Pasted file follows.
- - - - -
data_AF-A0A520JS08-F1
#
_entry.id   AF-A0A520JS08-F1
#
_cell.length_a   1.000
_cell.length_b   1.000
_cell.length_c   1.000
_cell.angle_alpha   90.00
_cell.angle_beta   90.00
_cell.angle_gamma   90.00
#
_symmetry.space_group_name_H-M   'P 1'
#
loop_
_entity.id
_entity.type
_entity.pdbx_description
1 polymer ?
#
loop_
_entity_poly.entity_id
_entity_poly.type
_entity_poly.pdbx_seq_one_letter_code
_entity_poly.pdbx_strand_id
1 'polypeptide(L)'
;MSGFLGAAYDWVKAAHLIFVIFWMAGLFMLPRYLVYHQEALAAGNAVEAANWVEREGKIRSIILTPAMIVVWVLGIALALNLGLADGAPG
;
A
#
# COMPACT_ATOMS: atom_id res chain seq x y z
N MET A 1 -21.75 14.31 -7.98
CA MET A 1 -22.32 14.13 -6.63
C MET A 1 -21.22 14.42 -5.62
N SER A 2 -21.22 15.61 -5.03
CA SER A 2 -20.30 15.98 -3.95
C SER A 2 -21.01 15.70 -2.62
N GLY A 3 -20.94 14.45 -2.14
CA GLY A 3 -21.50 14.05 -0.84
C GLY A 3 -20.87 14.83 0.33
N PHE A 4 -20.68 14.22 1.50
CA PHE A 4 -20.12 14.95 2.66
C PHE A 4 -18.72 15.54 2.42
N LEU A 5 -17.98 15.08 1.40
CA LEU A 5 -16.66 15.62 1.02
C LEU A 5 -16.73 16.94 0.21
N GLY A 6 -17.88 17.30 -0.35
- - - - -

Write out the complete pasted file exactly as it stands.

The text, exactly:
data_AF-A0A520JS08-F1
#
_entry.id   AF-A0A520JS08-F1
#
_cell.length_a   1.000
_cell.length_b   1.000
_cell.length_c   1.000
_cell.angle_alpha   90.00
_cell.angle_beta   90.00
_cell.angle_gamma   90.00
#
_symmetry.space_group_name_H-M   'P 1'
#
loop_
_entity.id
_entity.type
_entity.pdbx_description
1 polymer ?
#
loop_
_entity_poly.entity_id
_entity_poly.type
_entity_poly.pdbx_seq_one_letter_code
_entity_poly.pdbx_strand_id
1 'polypeptide(L)'
;MSGFLGAAYDWVKAAHLIFVIFWMAGLFMLPRYLVYHQEALAAGNAVEAANWVEREGKIRSIILTPAMIVVWVLGIALALNLGLADGAPG
;
A
#
# COMPACT_ATOMS: atom_id res chain seq x y z
N MET A 1 -21.75 14.31 -7.98
CA MET A 1 -22.32 14.13 -6.63
C MET A 1 -21.22 14.42 -5.62
N SER A 2 -21.22 15.61 -5.03
CA SER A 2 -20.30 15.98 -3.95
C SER A 2 -21.01 15.70 -2.62
N GLY A 3 -20.94 14.45 -2.14
CA GLY A 3 -21.50 14.05 -0.84
C GLY A 3 -20.87 14.83 0.33
N PHE A 4 -20.68 14.22 1.50
CA PHE A 4 -20.12 14.95 2.66
C PHE A 4 -18.72 15.54 2.42
N LEU A 5 -17.98 15.08 1.40
CA LEU A 5 -16.66 15.62 1.02
C LEU A 5 -16.73 16.94 0.21
N GLY A 6 -17.88 17.30 -0.35